COVID-19 Government-Sponsored Resources

Payne & Fears

As COVID-19 containment efforts expand, a growing number of employers are seeing major disruptions to their operations or reductions in services. Similarly, a growing number of employees are concerned about significant drops in wages caused by quarantines, reductions in work hours, school closures, or job eliminations. In an effort to mitigate the impact of COVID-19 containment efforts on employers and employees alike, several resources and programs have been set up to provide assistance. Below is a brief summary of some of those resources.

U.S. Small Business Administration Disaster Loan Assistance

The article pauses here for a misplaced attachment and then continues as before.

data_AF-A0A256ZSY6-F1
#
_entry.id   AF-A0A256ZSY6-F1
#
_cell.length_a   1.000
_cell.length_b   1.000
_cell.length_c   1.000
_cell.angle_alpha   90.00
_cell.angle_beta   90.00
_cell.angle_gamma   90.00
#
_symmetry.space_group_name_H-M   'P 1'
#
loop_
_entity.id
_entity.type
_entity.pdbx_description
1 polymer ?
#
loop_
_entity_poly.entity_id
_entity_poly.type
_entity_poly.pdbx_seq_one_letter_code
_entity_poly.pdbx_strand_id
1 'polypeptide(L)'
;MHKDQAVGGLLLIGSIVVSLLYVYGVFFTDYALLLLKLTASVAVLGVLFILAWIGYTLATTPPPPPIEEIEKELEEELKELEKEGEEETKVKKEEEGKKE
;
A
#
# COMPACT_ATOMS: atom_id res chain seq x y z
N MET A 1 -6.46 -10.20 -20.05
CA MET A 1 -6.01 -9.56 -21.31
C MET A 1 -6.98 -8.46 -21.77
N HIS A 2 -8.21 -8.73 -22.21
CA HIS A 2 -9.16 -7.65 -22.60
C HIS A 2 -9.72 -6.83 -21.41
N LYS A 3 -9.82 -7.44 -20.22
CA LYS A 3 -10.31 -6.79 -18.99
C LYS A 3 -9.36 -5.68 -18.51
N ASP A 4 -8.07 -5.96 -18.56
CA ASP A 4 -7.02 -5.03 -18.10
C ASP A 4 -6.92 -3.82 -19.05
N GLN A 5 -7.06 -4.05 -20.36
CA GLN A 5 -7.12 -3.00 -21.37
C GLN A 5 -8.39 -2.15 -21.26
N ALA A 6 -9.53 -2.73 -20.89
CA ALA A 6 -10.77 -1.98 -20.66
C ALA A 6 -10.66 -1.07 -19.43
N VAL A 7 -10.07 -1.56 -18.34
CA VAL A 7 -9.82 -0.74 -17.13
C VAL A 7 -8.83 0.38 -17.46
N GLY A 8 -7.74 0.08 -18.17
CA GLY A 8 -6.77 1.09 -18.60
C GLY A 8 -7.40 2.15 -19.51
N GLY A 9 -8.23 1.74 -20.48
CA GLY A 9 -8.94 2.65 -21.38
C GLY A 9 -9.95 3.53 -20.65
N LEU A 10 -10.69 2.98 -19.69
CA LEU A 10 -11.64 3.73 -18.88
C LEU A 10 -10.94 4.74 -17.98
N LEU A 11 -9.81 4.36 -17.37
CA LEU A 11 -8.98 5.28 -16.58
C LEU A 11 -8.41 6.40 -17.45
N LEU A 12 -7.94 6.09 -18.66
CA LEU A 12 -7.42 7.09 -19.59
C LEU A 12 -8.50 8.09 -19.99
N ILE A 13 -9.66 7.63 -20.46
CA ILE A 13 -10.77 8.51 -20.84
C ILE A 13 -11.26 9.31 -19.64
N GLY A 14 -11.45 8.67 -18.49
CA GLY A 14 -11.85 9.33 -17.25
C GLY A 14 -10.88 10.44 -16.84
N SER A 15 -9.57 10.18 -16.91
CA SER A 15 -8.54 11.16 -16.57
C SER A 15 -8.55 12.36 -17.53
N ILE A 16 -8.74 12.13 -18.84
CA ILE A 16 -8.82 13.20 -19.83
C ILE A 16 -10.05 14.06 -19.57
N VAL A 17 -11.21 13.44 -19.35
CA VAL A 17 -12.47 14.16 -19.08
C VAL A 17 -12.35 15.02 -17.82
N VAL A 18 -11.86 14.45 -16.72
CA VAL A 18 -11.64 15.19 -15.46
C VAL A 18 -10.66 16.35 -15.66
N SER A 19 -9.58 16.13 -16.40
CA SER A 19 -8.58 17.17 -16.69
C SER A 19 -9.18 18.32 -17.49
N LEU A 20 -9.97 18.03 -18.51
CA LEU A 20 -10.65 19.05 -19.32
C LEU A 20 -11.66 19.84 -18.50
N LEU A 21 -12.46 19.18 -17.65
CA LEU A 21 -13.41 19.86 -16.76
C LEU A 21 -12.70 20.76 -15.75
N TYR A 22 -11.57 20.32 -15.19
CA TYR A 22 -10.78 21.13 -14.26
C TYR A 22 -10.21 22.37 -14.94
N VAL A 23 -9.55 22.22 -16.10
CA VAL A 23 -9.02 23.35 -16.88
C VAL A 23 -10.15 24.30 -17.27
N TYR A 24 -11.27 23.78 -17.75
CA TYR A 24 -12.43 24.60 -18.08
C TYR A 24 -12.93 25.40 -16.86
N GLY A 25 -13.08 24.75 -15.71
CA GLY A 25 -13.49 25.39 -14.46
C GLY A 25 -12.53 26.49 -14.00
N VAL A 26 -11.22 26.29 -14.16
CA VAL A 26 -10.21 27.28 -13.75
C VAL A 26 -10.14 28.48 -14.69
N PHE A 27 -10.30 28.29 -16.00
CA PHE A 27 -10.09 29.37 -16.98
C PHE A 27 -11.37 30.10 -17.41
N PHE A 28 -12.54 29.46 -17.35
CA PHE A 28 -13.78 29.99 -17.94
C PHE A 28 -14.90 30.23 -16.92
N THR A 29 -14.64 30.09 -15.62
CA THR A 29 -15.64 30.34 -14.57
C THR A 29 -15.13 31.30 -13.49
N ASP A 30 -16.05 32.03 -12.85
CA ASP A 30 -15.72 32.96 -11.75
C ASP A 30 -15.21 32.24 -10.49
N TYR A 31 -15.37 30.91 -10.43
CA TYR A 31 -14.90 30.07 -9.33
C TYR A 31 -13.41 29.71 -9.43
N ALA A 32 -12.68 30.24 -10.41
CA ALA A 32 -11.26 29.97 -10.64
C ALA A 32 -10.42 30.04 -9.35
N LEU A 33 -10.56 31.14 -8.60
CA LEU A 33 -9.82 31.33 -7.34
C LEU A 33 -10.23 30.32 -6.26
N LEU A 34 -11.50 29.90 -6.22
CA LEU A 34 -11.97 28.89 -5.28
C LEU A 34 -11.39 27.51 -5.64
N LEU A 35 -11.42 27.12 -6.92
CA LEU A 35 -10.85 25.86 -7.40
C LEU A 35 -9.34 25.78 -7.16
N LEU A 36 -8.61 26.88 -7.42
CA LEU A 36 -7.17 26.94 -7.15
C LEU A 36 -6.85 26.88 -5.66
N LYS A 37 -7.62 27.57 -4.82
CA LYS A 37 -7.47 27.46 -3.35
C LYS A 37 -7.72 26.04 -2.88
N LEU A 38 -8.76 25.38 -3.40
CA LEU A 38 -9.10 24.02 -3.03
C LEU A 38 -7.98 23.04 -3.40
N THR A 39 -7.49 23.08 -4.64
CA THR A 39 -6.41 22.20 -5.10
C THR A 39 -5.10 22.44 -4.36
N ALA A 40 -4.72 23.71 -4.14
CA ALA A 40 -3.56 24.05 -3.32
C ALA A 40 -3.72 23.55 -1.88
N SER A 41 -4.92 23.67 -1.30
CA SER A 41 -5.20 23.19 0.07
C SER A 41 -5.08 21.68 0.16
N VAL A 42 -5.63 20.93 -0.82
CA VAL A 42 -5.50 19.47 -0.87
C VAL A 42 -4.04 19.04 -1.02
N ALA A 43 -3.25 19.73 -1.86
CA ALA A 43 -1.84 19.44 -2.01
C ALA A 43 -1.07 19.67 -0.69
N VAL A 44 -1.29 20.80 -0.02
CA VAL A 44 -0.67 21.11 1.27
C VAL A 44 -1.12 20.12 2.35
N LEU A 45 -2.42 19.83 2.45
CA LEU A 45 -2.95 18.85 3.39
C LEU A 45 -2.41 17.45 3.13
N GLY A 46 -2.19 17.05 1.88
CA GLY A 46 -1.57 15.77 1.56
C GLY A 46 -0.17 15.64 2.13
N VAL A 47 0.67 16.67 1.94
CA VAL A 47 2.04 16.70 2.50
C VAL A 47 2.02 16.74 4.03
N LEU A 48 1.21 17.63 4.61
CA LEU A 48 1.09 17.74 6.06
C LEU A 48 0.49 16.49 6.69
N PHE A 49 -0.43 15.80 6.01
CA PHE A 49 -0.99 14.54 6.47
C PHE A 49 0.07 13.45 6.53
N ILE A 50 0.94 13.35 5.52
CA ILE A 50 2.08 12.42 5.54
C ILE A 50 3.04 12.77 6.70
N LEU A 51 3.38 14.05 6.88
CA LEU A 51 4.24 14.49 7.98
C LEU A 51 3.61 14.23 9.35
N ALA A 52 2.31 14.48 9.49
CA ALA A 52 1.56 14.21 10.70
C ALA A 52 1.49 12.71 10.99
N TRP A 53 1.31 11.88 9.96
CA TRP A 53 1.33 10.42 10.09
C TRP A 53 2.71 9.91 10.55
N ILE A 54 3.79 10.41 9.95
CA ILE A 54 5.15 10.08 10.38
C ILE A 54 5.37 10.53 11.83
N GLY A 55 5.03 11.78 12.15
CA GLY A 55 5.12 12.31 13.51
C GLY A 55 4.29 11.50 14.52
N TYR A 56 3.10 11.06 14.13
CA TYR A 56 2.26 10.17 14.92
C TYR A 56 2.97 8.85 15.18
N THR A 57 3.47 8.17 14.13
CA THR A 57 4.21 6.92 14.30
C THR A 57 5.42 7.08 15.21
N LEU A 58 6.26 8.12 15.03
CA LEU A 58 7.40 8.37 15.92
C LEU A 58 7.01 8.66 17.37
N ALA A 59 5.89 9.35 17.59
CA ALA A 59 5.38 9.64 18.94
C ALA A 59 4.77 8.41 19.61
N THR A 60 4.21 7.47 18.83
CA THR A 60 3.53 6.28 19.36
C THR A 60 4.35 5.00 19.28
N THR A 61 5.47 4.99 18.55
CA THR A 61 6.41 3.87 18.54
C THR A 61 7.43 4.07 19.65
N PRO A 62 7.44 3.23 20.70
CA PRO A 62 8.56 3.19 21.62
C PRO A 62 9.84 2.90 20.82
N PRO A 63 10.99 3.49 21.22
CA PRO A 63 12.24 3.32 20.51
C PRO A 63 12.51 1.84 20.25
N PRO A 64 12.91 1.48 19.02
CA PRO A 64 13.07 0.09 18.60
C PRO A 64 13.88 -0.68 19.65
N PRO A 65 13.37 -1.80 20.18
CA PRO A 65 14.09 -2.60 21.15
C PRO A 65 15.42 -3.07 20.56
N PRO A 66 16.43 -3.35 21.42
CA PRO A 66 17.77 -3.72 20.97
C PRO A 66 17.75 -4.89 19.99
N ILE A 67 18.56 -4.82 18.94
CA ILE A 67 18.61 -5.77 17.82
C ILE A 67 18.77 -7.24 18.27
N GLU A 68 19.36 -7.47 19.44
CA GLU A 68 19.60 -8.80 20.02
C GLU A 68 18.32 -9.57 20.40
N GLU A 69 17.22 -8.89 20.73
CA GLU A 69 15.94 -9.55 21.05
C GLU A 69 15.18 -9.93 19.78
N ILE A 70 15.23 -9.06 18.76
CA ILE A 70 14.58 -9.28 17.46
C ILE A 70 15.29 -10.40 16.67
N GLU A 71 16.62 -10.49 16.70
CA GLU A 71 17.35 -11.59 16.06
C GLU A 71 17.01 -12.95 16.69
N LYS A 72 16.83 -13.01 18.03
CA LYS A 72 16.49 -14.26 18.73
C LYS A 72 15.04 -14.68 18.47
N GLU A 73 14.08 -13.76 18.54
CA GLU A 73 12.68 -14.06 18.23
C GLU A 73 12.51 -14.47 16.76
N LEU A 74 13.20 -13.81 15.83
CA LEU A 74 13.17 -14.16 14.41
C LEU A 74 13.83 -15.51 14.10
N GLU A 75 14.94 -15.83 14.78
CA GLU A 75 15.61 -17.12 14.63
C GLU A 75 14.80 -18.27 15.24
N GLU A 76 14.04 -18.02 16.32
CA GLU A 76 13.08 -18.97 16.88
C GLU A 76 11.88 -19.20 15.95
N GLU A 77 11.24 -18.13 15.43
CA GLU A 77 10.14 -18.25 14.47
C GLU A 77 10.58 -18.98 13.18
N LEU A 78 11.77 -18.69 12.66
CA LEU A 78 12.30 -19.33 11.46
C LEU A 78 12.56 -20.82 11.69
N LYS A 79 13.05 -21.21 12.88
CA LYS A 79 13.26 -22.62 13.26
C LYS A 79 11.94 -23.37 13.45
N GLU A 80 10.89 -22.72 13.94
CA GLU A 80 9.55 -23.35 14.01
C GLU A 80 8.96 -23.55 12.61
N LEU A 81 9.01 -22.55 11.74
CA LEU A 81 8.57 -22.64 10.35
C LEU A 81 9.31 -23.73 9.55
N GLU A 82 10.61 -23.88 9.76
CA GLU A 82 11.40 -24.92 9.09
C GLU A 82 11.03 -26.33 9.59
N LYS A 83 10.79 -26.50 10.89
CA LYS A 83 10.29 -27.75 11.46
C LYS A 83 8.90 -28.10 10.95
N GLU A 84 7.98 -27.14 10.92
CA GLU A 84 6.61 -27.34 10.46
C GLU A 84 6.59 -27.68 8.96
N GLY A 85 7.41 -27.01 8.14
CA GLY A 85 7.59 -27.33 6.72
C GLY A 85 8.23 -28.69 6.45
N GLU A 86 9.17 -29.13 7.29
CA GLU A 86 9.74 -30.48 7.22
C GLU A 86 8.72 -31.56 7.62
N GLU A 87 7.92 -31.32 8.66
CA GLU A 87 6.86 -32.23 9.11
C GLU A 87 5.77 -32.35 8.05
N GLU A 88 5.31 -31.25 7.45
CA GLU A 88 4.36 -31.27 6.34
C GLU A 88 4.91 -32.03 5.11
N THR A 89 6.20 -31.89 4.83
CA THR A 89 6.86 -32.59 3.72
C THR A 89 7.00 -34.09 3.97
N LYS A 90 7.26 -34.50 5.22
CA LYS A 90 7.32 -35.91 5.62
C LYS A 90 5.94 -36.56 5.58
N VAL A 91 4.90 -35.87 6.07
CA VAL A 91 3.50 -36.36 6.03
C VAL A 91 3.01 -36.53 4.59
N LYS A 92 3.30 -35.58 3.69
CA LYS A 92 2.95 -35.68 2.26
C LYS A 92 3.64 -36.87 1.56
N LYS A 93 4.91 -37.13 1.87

Employers suffering economic injury caused by COVID-19 may be eligible to apply for disaster loan assistance through the federal Small Business Administration ("SBA"). SBA's Disaster Loans offer up to $2 million in assistance for a small business to provide vital economic support to help overcome the temporary loss of revenue they are experiencing. These loans may be used to pay fixed debts, payroll, accounts payable and other bills that can't be paid because of COVID-19's impact. The interest rate for these loans is 3.75% for small businesses without credit available elsewhere; businesses with credit available elsewhere are not eligible. The interest rate for non-profits is 2.75% and the repayment periods can be up to a maximum of 30 years.
California Unemployment Insurance Work Sharing Program